Philippines Found Guilty of Massive Human Right Violations

Photograph Source: REY BANIQUET/PPD – Public Domain

Guilty of massive violations of international humanitarian law! That was the unanimous verdict handed down at the conclusion of the two-day International People’s Tribunal (IPT) regarding human rights in the Philippines held recently in Brussels, Belgium on May 17-18, 2024. On trial were the governments of past president Rodrigo Duterte, current president Ferdinand Marcos, Jr., and the government of the United States of America for its support and complicity with these regimes.

The IPT is a quasi-judicial mechanism whereby evidence is presented to a panel of jurors to render judgment on specific charges, in this instance war crimes committed in the conduct of the civil war in the Philippines. The Jurors included: Lennox Hinds, Professor of Law at Rutgers University and former legal counsel for the African National Congress; Suzanne Adely President of the National Lawyers Guild (U.S.); Severine De Laveleye, member of the Chamber of Representatives of Belgium; Julen Arzuraga Gumuzio, member of the Basque Parliament; and Archbishop Joris Vercamen, former member of the Central Committee of the World Council of Churches.

Along with the distinguished panel of jurors, we had the opportunity to be present to hear harrowing testimony from 15 witnesses detailing widespread human rights abuses and violations of international humanitarian law committed by the Philippine government and its military forces. We heard first-hand accounts of extrajudicial killings, torture, enforced disappearances, harassment, and indiscriminate aerial bombing of indigenous communities defending their ancestral lands from mining and corporate plunder. These included testimony from Brandon Lee, a U.S. citizen activist in Ifugao province who was shot by suspected state agents after being “red-tagged” (labeled as a communist without any proof), threatened, and surveilled. Lee survived and is now a quadriplegic, but in his words, “while I can no longer use my body, I can continue to use my voice” to speak up for justice. Ariel Casilao spoke of the brutal murder of Peace Consultant Randall Echanis in his home while he slept in August of 2020.

Jonila Castro, along with a colleague Jhed Tamano, both environmental activists working to save Manila Bay testified she was forcibly abducted by the military in September 2023. After 17 days of interrogation and cruel torture the two were paraded by the military as captured operatives of the New People’s Army insurgency at a public press conference. It was here that the two recanted their forced confessions and exposed their kidnapping by the military. This was another example of civilian activists being targeted by the military. Also documented in graphic detail was the murder of nine indigenous leaders who opposed a massive dam project that would have destroyed the livelihoods of the people of Panay Island. (Panay is where Siegfred hails from.)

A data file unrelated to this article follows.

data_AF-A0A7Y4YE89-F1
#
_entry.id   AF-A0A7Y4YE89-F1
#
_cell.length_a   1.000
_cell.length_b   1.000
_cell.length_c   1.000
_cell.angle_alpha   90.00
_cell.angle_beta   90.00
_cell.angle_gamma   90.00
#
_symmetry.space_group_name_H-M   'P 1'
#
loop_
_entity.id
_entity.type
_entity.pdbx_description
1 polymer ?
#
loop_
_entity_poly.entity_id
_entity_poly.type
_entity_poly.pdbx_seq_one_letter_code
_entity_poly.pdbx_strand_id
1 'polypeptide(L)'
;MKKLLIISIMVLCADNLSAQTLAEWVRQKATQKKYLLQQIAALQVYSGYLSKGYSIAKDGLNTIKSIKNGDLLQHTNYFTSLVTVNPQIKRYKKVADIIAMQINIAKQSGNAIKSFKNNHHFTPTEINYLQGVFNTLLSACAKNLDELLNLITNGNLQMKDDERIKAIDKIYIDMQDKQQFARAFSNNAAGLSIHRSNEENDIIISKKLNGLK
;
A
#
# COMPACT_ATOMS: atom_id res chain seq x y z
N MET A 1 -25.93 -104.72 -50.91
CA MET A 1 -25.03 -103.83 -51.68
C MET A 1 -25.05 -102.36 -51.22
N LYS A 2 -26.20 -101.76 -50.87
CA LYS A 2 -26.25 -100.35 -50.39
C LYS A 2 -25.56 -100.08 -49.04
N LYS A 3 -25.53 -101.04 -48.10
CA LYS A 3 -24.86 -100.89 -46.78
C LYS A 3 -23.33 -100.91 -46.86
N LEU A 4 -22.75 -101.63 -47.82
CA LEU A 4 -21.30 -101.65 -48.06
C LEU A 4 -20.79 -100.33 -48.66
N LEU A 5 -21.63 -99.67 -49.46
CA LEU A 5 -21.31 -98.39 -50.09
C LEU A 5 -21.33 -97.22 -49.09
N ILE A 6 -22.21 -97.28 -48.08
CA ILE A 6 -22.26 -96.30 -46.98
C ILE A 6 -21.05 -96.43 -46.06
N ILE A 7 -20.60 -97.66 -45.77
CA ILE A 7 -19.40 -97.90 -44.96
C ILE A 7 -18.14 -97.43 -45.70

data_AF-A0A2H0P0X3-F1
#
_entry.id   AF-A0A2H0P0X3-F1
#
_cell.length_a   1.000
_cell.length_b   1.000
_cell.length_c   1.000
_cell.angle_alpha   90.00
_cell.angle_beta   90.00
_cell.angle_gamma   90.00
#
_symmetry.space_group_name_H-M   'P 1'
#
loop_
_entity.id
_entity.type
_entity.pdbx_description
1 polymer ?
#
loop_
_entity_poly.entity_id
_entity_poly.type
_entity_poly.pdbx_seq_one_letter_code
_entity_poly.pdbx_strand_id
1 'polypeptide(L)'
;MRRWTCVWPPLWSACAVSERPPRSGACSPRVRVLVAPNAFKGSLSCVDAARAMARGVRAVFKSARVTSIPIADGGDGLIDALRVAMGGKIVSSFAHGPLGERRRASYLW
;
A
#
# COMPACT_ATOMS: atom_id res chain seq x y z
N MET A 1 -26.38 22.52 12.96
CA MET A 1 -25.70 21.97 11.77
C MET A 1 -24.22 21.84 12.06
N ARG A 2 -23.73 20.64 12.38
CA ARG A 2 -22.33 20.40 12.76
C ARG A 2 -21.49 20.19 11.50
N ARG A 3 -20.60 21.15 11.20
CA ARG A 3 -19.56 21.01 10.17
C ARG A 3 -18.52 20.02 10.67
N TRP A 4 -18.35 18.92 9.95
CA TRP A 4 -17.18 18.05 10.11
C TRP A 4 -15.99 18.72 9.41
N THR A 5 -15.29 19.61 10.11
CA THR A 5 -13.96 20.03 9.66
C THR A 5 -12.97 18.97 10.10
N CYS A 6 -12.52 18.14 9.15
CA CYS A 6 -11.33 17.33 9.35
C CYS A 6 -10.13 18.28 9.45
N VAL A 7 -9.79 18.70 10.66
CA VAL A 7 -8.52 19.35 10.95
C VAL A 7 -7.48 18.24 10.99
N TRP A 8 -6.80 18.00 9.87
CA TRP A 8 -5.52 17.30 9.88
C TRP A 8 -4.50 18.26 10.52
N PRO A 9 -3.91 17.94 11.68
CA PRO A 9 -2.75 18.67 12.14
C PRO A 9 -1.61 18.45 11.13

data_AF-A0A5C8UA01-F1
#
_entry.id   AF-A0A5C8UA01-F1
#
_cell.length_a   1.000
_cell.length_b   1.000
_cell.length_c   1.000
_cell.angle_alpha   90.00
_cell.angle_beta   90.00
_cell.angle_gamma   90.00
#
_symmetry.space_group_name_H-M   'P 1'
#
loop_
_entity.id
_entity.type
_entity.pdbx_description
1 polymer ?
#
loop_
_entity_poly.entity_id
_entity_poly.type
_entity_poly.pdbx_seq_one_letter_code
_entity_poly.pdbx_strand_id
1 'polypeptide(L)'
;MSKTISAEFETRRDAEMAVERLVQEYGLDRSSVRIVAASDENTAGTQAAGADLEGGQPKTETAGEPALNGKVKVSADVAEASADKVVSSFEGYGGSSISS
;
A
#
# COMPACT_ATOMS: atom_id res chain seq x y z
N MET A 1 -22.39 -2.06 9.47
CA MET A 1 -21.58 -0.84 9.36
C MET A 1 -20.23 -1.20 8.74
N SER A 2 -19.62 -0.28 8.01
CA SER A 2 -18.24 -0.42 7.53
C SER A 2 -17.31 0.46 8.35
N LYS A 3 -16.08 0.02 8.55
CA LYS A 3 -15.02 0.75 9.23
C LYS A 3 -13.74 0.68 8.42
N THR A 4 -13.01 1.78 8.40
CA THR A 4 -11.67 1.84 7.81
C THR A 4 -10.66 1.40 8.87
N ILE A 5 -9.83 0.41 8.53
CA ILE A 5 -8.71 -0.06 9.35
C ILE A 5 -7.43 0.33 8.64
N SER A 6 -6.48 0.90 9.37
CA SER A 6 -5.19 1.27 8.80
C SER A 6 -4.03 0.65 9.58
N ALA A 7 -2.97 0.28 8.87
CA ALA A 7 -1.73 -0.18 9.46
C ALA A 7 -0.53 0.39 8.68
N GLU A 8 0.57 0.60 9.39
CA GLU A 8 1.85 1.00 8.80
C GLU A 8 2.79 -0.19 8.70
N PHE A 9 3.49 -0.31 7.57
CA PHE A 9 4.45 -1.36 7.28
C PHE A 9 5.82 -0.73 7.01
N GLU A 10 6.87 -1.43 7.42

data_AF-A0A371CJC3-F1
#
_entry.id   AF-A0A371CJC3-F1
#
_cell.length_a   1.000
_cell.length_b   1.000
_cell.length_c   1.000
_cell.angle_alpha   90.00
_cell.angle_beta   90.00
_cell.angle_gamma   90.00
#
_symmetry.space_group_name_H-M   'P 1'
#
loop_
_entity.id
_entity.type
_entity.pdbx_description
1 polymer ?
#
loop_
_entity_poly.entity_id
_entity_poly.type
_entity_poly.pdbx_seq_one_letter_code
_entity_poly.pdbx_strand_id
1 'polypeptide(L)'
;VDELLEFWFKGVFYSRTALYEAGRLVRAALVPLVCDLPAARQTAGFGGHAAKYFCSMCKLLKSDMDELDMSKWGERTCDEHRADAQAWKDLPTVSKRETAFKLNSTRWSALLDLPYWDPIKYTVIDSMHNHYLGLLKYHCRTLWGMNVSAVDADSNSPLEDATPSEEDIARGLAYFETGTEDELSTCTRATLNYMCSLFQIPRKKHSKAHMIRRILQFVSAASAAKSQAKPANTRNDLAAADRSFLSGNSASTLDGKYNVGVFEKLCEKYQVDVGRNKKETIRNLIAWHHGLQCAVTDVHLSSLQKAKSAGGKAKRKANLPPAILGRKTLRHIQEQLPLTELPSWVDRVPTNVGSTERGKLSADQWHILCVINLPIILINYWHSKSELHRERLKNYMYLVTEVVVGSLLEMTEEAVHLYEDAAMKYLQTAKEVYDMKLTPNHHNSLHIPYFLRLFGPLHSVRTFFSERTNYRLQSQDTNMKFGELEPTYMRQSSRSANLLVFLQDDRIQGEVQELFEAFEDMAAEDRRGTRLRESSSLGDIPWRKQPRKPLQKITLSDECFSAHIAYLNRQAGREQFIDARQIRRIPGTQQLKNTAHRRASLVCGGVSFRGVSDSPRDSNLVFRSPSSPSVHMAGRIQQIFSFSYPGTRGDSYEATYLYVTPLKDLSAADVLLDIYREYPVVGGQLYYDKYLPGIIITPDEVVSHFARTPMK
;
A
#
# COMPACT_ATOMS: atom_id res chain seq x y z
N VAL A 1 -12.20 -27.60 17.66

Many of the victims testified that there is a failure to distinguish between civilians and combatants in the conduct of the Philippine government’s war on the revolutionary movement. The counterinsurgency campaign deliberately targeted civilians resulting in systematic harassment. The Tribunal found the Philippine Government acted with impunity and complete disregard for International Humanitarian Law and the Geneva Conventions.

Siegfred Deduro, an author of this report, is also a victim of the Philippine Governments disregard for human rights. A long-time activist and former Member of Congress, Deduro and his family were red-tagged, with death threats so constant and serious that they had to hide for seven months and ultimately flee the Philippines. Recently the Philippine Supreme Court ruled that red-tagging was a violation of human rights in a landmark case which Deduro was a plaintiff.  The high court rules that linking red-tagging and guilt by association jeopardizes a person’s fundamental right to life, liberty, and security.  While the Supreme Court ruling is welcome, the threats continue and it remains unsafe for Deduro to return to the Philippines.

A health worker and human rights activist, Zara Alvares, who earlier filed a petition for a writ of amparo (protection from extrajudicial killing or disappearance), was nonetheless murdered. Even development workers and organizations working with government institutions are not spared from red-tagging and harassment by methods such as the freezing of bank accounts.  Such draconian and brutal tactics are being widely used by the Marcos, Jr. regime. The question remains, will the Philippine military and police comply with the ruling?

While political in nature, a People’s Tribunal is both an important venue for airing legitimate grievances of human rights victims as well as laying important groundwork for future legal actions while also gaining support from allies. In 2009, the International People’s Tribunal regarding Vietnamese victims of Agent Orange found the U.S. military guilty of ecocide and provided key documentation ultimately leading to justice for some victims. The verdict of the Philippine Human Rights IPT has been delivered to those on trial plus numerous international bodies demanding future actions by bodies such as the International Criminal Court.

The U.S.’s moral, political, and financial support for the Philippine Military and its security forces have enabled these crimes against the Filipino people, to persist and proliferate.  The U.S. cannot claim to be a country that cherishes human rights while turning a blind-eye to these horrific human right abuses.